Now look around at all the other sections, all the other genres that you walked right past without noticing on your way to the sci-fi/fantasy section. Look at the square footage and think about the thousands of books you probably wouldn’t like.
Imagine if you had to scale down Barnes & Noble to fit into the square footage of a Christian bookstore. (The actual book section of one, that is.) Hm….you’d probably end up with shelves of romance, some mainstream, and only a handful of thrillers and sci-fi/fantasy. Just like there is now in a Christian bookstore.
Ah, but the ones in the Christian bookstore are so poorly written! They are so corny! The blatant disregard for craft!
The problem is this: You are not thinking in percentages. The Christian book world is small. If 10% of the Christian books are really good, you have enough to fill a tabletop. You are going to read through them in no time, and be forced to turn to the crappy ones rather quickly.
But the secular book world is gi-freaking-normous. If 10% of secular books are good, then you are going to spend the rest of your life reading awesome books and never even come close to reading them all, and you may never have to read a badly written book.
Do you see now? We’re like this fishbowl floating around in a vast ocean, screaming, “They have more pretty fish than we do! Not fair!” But all we see is what jumps out at us. There are miles and miles of murky water we ignore. We’re not looking at the percentages, and the scale of our space vs. theirs.
And speaking of fishbowls…One thing I notice over and over again is writers claiming that we have to write edgy, secular-world-oriented Christian fiction to “reach” the people who “need” it. And then they want that fiction accepted into the CBA. Well, if it does get accepted there, guess what? It’s going into the Christian fishbowl and the people who are supposed to be “reached” by it are going to swim right on by.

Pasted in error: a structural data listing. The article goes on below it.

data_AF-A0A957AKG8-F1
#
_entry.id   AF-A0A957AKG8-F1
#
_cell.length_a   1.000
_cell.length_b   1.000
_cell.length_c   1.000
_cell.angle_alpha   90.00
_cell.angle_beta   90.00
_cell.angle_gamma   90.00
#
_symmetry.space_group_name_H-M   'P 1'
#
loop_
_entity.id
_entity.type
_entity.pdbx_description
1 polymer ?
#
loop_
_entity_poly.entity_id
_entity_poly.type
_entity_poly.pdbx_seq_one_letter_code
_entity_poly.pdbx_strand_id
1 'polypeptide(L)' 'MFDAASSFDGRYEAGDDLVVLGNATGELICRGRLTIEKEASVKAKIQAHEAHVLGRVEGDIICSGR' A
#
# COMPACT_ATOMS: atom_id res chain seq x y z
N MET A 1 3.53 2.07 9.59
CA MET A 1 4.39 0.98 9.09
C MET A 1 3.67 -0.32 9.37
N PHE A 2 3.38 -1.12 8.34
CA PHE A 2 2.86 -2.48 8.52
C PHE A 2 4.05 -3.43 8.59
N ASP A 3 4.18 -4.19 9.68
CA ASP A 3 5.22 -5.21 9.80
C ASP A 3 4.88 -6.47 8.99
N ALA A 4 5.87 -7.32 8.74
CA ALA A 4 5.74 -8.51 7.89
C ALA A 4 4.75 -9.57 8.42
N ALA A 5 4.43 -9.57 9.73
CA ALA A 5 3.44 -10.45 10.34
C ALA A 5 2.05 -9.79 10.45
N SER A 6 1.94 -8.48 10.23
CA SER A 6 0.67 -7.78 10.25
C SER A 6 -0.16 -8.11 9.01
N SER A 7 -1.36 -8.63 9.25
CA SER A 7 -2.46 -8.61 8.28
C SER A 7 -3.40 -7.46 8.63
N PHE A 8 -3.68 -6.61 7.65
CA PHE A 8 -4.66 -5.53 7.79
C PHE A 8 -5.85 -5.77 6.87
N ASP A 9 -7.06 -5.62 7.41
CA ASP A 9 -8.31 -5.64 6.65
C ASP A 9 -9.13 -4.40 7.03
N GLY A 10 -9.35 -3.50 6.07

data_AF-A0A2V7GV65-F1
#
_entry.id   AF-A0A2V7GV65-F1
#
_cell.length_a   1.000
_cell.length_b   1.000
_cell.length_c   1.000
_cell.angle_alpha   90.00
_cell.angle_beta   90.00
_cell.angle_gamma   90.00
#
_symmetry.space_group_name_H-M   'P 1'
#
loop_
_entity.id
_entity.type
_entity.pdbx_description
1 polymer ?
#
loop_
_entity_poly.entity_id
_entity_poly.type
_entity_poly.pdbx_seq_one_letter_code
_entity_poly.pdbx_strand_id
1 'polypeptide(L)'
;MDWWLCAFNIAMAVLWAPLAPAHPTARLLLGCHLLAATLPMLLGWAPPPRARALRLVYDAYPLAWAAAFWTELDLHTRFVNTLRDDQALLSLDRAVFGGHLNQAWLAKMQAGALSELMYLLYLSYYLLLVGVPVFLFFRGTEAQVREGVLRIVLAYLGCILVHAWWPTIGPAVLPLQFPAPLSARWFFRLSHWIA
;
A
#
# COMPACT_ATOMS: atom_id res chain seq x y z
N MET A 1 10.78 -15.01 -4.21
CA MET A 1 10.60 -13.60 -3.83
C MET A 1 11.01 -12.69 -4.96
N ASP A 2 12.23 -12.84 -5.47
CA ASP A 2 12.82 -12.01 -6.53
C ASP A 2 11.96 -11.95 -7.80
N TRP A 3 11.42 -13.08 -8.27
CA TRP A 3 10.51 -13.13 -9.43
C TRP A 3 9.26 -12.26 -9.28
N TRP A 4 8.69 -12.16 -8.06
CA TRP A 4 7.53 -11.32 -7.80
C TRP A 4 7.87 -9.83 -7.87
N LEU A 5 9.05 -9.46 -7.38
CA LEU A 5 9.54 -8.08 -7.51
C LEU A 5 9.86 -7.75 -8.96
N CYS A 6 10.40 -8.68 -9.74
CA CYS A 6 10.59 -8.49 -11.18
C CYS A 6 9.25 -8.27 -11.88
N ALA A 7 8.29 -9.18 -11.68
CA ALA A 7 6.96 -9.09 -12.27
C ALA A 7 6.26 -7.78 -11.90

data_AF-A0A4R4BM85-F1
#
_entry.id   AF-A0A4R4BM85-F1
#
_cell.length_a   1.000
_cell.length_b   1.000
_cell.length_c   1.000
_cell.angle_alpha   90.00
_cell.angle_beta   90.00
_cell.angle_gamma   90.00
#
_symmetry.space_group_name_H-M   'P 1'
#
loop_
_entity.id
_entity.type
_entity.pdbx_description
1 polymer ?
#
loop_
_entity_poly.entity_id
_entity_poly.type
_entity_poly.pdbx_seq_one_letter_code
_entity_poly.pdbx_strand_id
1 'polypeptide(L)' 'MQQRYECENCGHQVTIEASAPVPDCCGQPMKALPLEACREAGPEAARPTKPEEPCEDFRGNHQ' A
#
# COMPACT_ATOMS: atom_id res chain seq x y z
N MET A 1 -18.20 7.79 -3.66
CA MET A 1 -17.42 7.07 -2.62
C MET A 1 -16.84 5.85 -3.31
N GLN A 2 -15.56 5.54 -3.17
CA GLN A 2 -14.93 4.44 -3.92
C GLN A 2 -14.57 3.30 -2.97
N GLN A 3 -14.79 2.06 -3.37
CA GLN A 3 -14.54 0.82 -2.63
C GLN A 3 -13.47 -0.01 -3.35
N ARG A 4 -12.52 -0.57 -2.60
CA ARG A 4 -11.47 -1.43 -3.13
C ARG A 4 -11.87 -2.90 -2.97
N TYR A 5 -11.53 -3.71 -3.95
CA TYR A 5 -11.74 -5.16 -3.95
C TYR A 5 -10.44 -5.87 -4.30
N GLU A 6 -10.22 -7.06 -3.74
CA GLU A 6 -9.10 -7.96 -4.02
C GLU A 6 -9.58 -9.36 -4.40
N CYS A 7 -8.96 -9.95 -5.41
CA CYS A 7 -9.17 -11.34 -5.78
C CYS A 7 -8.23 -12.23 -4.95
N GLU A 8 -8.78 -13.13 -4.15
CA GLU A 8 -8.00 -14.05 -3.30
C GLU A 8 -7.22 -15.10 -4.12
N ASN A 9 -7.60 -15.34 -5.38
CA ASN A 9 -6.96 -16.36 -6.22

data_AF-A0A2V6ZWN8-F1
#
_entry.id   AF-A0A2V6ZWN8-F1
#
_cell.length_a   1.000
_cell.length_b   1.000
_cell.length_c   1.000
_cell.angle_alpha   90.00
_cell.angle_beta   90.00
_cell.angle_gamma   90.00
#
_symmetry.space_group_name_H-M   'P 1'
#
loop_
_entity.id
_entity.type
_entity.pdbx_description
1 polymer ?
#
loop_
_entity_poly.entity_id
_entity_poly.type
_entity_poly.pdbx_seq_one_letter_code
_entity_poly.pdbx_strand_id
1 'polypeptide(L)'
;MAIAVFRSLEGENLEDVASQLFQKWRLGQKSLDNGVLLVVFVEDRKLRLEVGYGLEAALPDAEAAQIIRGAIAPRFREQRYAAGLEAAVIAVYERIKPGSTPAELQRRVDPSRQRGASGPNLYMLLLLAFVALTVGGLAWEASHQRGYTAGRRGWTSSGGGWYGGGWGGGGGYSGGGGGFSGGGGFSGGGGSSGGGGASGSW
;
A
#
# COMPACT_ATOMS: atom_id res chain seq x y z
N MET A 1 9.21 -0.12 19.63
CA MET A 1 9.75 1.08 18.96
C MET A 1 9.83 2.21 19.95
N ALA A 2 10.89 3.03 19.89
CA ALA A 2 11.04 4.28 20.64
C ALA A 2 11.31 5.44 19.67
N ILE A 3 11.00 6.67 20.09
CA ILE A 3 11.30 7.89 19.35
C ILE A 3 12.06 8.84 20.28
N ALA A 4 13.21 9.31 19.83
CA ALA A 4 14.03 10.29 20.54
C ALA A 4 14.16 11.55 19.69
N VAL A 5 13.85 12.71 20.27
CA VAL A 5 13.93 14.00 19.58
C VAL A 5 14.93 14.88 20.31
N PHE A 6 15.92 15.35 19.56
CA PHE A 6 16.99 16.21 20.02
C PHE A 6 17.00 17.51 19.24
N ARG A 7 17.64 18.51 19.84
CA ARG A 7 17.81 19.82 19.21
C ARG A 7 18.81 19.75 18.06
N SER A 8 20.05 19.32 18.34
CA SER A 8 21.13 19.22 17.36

In my personal experience, non-Christians don’t even know the Christian section exists. And if they do, regardless of good writing or poor, they’re walking right past thinking, “I ain’t reading that. I don’t wanna get preached at.”
I’m not unreasonable. I know there are two major markets—the ABA and CBA—and we’re being forced to choose between the two. If we’re “too Christian for the secular market, but too secular for the Christian market” (the battle cry I hear so often, and have used myself) we turn to our brothers for support…only to have a chastising finger wagged at us. It is frustrating. I am right there with you, folks. Seriously. The system is far from perfect. But I don’t think the answer is fighting for space in a fishbowl.
So, let me set the record straight. I don’t like most Christian fiction. But my guess is, I’d dislike most secular fiction if I had 10,000 lifetimes in which to read it all. Also, I think what sells is what sells and that is what publishers publish. I think “Christian publishing” was spawned for the “holiness camp”—people who wanted “safe, clean” Christian fiction—and if that’s what they want then let them have it. I will not beg to be part of the CBA. I am a Christian, and I write from that worldview, but I see no reason to demand the CBA’s seal on my work. I think a new generation of publishing is arising….a place that bridges the gap between secular and Christian, and that is where I want to be.